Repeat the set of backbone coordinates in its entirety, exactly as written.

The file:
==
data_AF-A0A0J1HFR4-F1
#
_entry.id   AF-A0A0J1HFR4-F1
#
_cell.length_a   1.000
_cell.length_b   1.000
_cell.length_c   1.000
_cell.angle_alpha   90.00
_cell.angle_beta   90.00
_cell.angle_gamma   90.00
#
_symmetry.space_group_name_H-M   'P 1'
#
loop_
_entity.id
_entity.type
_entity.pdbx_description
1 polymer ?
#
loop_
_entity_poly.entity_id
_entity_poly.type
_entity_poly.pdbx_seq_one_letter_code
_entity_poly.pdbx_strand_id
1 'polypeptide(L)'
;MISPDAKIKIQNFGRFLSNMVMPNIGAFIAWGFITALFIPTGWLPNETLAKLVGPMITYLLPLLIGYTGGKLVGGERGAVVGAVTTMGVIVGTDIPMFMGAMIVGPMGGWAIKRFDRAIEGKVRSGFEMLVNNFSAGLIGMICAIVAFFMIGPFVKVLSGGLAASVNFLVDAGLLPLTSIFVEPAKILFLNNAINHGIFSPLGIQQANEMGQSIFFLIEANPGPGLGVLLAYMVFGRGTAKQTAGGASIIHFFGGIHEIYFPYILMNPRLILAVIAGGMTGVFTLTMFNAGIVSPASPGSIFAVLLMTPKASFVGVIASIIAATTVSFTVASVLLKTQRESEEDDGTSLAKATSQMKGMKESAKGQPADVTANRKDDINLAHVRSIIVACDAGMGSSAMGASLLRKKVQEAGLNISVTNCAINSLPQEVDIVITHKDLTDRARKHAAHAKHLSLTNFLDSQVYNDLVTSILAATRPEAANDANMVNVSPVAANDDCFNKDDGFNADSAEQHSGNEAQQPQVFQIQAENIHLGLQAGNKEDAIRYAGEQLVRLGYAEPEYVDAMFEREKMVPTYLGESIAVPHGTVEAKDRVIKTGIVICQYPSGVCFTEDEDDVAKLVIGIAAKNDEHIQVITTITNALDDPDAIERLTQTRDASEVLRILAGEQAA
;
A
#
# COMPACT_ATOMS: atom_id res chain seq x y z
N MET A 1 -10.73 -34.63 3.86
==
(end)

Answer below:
data_AF-A0A0J1HFR4-F1
#
_entry.id   AF-A0A0J1HFR4-F1
#
_cell.length_a   1.000
_cell.length_b   1.000
_cell.length_c   1.000
_cell.angle_alpha   90.00
_cell.angle_beta   90.00
_cell.angle_gamma   90.00
#
_symmetry.space_group_name_H-M   'P 1'
#
loop_
_entity.id
_entity.type
_entity.pdbx_description
1 polymer ?
#
loop_
_entity_poly.entity_id
_entity_poly.type
_entity_poly.pdbx_seq_one_letter_code
_entity_poly.pdbx_strand_id
1 'polypeptide(L)'
;MISPDAKIKIQNFGRFLSNMVMPNIGAFIAWGFITALFIPTGWLPNETLAKLVGPMITYLLPLLIGYTGGKLVGGERGAVVGAVTTMGVIVGTDIPMFMGAMIVGPMGGWAIKRFDRAIEGKVRSGFEMLVNNFSAGLIGMICAIVAFFMIGPFVKVLSGGLAASVNFLVDAGLLPLTSIFVEPAKILFLNNAINHGIFSPLGIQQANEMGQSIFFLIEANPGPGLGVLLAYMVFGRGTAKQTAGGASIIHFFGGIHEIYFPYILMNPRLILAVIAGGMTGVFTLTMFNAGIVSPASPGSIFAVLLMTPKASFVGVIASIIAATTVSFTVASVLLKTQRESEEDDGTSLAKATSQMKGMKESAKGQPADVTANRKDDINLAHVRSIIVACDAGMGSSAMGASLLRKKVQEAGLNISVTNCAINSLPQEVDIVITHKDLTDRARKHAAHAKHLSLTNFLDSQVYNDLVTSILAATRPEAANDANMVNVSPVAANDDCFNKDDGFNADSAEQHSGNEAQQPQVFQIQAENIHLGLQAGNKEDAIRYAGEQLVRLGYAEPEYVDAMFEREKMVPTYLGESIAVPHGTVEAKDRVIKTGIVICQYPSGVCFTEDEDDVAKLVIGIAAKNDEHIQVITTITNALDDPDAIERLTQTRDASEVLRILAGEQAA
;
A
#
# COMPACT_ATOMS: atom_id res chain seq x y z
N MET A 1 -10.73 -34.63 3.86